As perimenopause has jumped with both feet into this life, I am learning more Dhamma lessons in a direct way.
After stopping hormone treatment, the cells in the body said "What? No more estrogen? Let's make FAT cells to replace what we're missing!" And they did so, with glee. Without any change in diet or exercise (other than maybe more exercise), the middle of this body has been expanding despite my wishes and or actions to keep it otherwise. Initially, I really struggled with this. I truly buckled down on my dietary choices, started exercising more, even considered doing crossfit (nearly impossible in this location). I railed and rallied, then whined and sniveled at the changes that were occurring seemingly out of my control. They still happened.
And then I remembered the Buddha using an example of impossibility:
"Would that my form be thus, would that my form not be thus."
Oh, right. Impermanence relates to this form as well, and the body I have at nearly 50 is never going to be the body I had at 30. I can still take care of it through healthy actions, but it will change and eventually cease whether I wish it to or not.
And of course, that which is impermanent is not me, not mine. It's just what this stream of Kamma is attached to in this round of samsara. I'm obviously still learning the full implications of that.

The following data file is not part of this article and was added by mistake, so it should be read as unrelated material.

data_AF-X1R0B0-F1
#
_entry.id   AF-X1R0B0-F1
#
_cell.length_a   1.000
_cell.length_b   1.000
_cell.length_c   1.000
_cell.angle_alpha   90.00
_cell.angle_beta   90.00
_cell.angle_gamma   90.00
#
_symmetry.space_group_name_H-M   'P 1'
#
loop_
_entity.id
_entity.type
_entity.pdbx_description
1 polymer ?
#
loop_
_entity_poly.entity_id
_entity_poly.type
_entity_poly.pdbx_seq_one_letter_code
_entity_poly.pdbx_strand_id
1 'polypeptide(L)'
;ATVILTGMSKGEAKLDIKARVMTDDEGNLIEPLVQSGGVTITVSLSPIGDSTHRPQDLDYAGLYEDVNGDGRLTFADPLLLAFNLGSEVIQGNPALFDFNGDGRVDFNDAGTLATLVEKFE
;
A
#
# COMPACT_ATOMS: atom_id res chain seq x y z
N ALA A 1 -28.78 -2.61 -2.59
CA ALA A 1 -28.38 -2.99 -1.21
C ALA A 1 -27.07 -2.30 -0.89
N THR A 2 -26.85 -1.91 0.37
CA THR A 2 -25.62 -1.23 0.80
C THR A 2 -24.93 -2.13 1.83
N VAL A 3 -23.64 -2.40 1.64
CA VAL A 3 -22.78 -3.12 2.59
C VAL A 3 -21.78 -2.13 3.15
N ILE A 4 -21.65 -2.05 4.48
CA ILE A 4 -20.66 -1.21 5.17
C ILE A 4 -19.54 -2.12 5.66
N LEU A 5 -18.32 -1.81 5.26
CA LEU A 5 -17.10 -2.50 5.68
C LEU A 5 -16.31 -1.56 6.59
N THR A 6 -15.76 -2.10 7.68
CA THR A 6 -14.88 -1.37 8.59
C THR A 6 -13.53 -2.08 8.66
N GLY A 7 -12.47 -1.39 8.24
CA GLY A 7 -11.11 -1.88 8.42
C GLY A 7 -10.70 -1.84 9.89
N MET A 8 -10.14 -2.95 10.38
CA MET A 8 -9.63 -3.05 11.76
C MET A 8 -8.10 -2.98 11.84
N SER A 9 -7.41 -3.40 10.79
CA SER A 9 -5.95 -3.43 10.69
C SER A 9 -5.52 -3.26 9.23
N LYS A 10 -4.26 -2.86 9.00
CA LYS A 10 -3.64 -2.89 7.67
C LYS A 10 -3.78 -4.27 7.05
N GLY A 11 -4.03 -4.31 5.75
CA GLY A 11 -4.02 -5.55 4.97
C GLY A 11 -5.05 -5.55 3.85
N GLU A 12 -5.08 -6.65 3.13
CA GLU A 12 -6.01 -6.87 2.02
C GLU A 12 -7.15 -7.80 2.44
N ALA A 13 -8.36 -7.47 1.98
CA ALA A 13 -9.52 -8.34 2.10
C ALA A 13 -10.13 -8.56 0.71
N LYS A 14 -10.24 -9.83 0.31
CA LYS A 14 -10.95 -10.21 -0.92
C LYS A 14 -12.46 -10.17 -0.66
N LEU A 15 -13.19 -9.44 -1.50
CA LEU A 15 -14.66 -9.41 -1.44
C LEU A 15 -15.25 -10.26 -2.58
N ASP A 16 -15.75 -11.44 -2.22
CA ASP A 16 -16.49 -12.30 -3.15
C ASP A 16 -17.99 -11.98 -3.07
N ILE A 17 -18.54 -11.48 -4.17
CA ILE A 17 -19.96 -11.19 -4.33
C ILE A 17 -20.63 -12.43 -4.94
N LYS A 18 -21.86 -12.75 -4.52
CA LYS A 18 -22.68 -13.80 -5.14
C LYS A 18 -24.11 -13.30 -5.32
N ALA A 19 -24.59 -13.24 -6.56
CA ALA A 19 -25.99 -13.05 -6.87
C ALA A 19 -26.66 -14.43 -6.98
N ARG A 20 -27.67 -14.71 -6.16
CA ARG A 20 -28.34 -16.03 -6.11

Lessons that I think I have already comprehened have an interesting way of coming back to be truly understood. While I no longer claim to have learned these lessons, they're certainly more on the mental radar.
As the body changes, I'm learning to be ok with what comes. Hot flashes, memory loss, etc. It's sort of an interesting adventure. And as I discover in a visceral way that I am of the nature to age, (and everything which that entails), it also is a good reminder of other divine messengers: that I am also of the nature to be ill and to die, and I have not gone beyond these. It's a great way of giving urgency to the practice.
So I am learning to think of it as a gift.